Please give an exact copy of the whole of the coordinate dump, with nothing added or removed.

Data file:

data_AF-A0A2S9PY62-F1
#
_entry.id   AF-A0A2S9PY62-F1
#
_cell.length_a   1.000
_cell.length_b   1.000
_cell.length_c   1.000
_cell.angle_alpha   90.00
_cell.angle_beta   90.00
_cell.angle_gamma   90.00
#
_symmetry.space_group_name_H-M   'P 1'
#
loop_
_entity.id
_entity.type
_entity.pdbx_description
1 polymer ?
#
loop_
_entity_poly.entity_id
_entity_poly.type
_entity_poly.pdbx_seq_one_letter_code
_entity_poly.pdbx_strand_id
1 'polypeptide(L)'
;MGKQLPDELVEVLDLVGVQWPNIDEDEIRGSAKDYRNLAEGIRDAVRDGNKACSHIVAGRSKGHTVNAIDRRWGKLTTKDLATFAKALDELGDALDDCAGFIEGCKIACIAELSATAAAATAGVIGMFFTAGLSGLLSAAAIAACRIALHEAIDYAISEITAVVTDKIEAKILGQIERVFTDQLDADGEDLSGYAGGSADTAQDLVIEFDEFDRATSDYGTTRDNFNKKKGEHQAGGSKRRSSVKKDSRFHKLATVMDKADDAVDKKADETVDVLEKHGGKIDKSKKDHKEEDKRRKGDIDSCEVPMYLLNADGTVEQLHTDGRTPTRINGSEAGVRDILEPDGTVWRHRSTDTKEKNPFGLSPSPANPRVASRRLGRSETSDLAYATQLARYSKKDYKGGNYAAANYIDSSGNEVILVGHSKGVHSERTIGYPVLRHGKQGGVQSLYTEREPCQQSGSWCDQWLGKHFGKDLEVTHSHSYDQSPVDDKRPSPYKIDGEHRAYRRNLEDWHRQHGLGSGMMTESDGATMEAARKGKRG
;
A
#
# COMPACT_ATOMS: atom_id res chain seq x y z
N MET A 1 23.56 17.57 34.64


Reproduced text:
data_AF-A0A2S9PY62-F1
#
_entry.id   AF-A0A2S9PY62-F1
#
_cell.length_a   1.000
_cell.length_b   1.000
_cell.length_c   1.000
_cell.angle_alpha   90.00
_cell.angle_beta   90.00
_cell.angle_gamma   90.00
#
_symmetry.space_group_name_H-M   'P 1'
#
loop_
_entity.id
_entity.type
_entity.pdbx_description
1 polymer ?
#
loop_
_entity_poly.entity_id
_entity_poly.type
_entity_poly.pdbx_seq_one_letter_code
_entity_poly.pdbx_strand_id
1 'polypeptide(L)'
;MGKQLPDELVEVLDLVGVQWPNIDEDEIRGSAKDYRNLAEGIRDAVRDGNKACSHIVAGRSKGHTVNAIDRRWGKLTTKDLATFAKALDELGDALDDCAGFIEGCKIACIAELSATAAAATAGVIGMFFTAGLSGLLSAAAIAACRIALHEAIDYAISEITAVVTDKIEAKILGQIERVFTDQLDADGEDLSGYAGGSADTAQDLVIEFDEFDRATSDYGTTRDNFNKKKGEHQAGGSKRRSSVKKDSRFHKLATVMDKADDAVDKKADETVDVLEKHGGKIDKSKKDHKEEDKRRKGDIDSCEVPMYLLNADGTVEQLHTDGRTPTRINGSEAGVRDILEPDGTVWRHRSTDTKEKNPFGLSPSPANPRVASRRLGRSETSDLAYATQLARYSKKDYKGGNYAAANYIDSSGNEVILVGHSKGVHSERTIGYPVLRHGKQGGVQSLYTEREPCQQSGSWCDQWLGKHFGKDLEVTHSHSYDQSPVDDKRPSPYKIDGEHRAYRRNLEDWHRQHGLGSGMMTESDGATMEAARKGKRG
;
A
#
# COMPACT_ATOMS: atom_id res chain seq x y z
N MET A 1 23.56 17.57 34.64